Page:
Fears for Chinese Semiconductor Capital Equipment and Chemical Supply Chain Are Overblown | Cautionary Tale On Trusting Industry Analysts

China has been pumping money into the semiconductor industry like mad with subsidized loans, equity, subsidized construction costs, and tax advantages. These subsidies and investments have totaled about $200B since 2014 according to the CCP backed China Securities Journal. In addition, there are no import taxes or income taxes for 10 years for >28nm technology, and 15 years for those working on 28nm or more advanced technology. This massive flow of cash and mandates like Made in China 2025 have led to the pop up of semiconductor companies from all angles of the ecosystem.

IP and fabless firms are doing fine despite some overvalued firms, there are a handful of successful firms who have carved out a niche. Foundries, equipment, and chemical suppliers have boomed disproportionately. There have been a few high-profile failures in the foundry space such as HSMC, but the equipment and chemical space have not seen this happen yet. The firms here have been bid up to the moon erroneously.

With all this hype, there has been fears in chemical suppliers, sub-equipment suppliers, and even some of the semiconductor capital equipment players. These fears of China coming into the market and subsidizing their way into a market position have concerned many investors outside of China. There are Chinese equivalents for all major semiconductor capital equipment firms.

Shanhai Micro Electronics Equipment is perhaps the most hyped firm out there due to their role as a lithography tool maker. They have 0 successful tools and even their claimed technology is 20 years back. They have a long way to go before they should be taken seriously.

ACM Research (ACMR) is perhaps the most successful firm because they operate in wafer cleaning, a market with a lower barrier to entry.

Advanced Micro-Fabrication Equipment (AMEC) operates in MOCVD mostly, and they haven’t had too much success in actual semiconductors either. They have only had success in the solar market. Additionally, they have also been engrossed in some alleged accounting scandals.

Naura Technology Group claims to operate in Etch, Chemical Vapor Deposition (CVD), and Physical Vapor Deposition (CVD). Their success here is quite limited.

Kingstone Semiconductor operates in ion implantation. As far as semiconductors, they have had little to no success, but their products do sell to the massive Chinese solar market. We do not have the expertise to evaluate the solar business, but from our research, it seems legitimate.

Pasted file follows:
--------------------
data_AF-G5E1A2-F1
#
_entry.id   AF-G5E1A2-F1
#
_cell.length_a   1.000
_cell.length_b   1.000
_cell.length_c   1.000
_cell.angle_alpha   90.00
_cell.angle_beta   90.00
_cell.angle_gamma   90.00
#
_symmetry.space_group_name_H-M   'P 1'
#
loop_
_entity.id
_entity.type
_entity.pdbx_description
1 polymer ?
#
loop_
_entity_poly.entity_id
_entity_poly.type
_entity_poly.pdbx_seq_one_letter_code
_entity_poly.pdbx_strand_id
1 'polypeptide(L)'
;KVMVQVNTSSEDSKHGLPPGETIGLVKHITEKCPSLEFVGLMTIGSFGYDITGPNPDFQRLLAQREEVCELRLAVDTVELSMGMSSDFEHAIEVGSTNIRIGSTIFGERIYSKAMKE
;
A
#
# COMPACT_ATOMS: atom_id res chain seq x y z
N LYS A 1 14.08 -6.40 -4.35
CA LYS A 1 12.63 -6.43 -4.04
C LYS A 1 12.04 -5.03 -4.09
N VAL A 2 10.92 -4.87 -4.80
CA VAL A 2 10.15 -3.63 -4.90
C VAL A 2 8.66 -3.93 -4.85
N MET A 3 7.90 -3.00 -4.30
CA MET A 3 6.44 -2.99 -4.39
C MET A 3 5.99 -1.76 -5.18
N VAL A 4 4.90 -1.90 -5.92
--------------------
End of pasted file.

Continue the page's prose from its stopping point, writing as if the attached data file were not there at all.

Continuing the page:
Shangyang Piotech, Hwatsing Technology, and Sizone Technology operate in Physical Vapor Deposition (PVD) and Chemical Mechanical Planarization (CMP). SemiAnalysis has investigated and found that CMP is the only area where they have a usable product.

In chemicals and other usable materials, there is a lot more claimed success. These firms have sky high valuations. Anji Microelectronics is one of those firms. They manufacture 2 critical liquid chemicals, CMP slurry and photoresist. CMP slurry is the chemical used when thinning wafers or polishing them. In the simplest terms, CMP tool can be thought of as a circular buffing tool that spins very fast. The slurry is like a a lubrication and the grit of the sandpaper. Photoresist is put on the wafer and blocks the photolithography tools light in certain parts of the wafer. Check out our article on the Lam Research’s dry deposit and resist innovation for more details on photoresist.

According to data from mainland experts, the total market cap of China’s A-shares and photoresist-related companies has reached nearly $88B. China’s photoresist is entirely imported. For reference, the two Japanese firms that dominate this market and are valued at roughly $10B. The two firms, JSR Corporation (4185) and Tokyo Ohka Kogyo (TOK) (4186) control roughly 75% of the photo-resist market as well as a wide array of other chemical related businesses. SK Materials, a South Korean firm, is also entering the photoresist market. This is because of a trade spat between Japan and South Korea that involved the weaponization of the Japanese dominance in this sector.

Photoresist may sound like a simple chemical, but any contamination can lead to critical losses. TSMC posted a $550M loss in 2019 on the 16nm and 12nm nodes due to an issue related to photoresist.

Recently on a social media forum, Yang, a photoresist expert and department head of SMIC got into a battle with one of the leading China chip analysts, Chen Hang, the chief analyst of Founder Securities Electronics. Analysts tend to believe company hype too much and miss the actual technology usage and trends.

The battle started with Chen Hang talking up Chinese photoresist, but Yang quickly put him down by correctly stating it is unusable. Given he is the subject matter expert, we are going to side with him. It got pretty heated with statements such as “How old are you?”, “You know too little”, and “You go and ask all the domestic lithography workers, I dare not say that” being thrown around.

This is a cautionary tale. We at SemiAnalysis pride ourselves on being very close to the nitty gritty details but have fallen prey to this as well. Company statements and market research only go so far. The ultimate tool for discovery is talking to technology experts and channel checks. The second-best tool is talking to us, because we do that work.

Clients and employees of SemiAnalysis may hold positions in companies referenced in this article.

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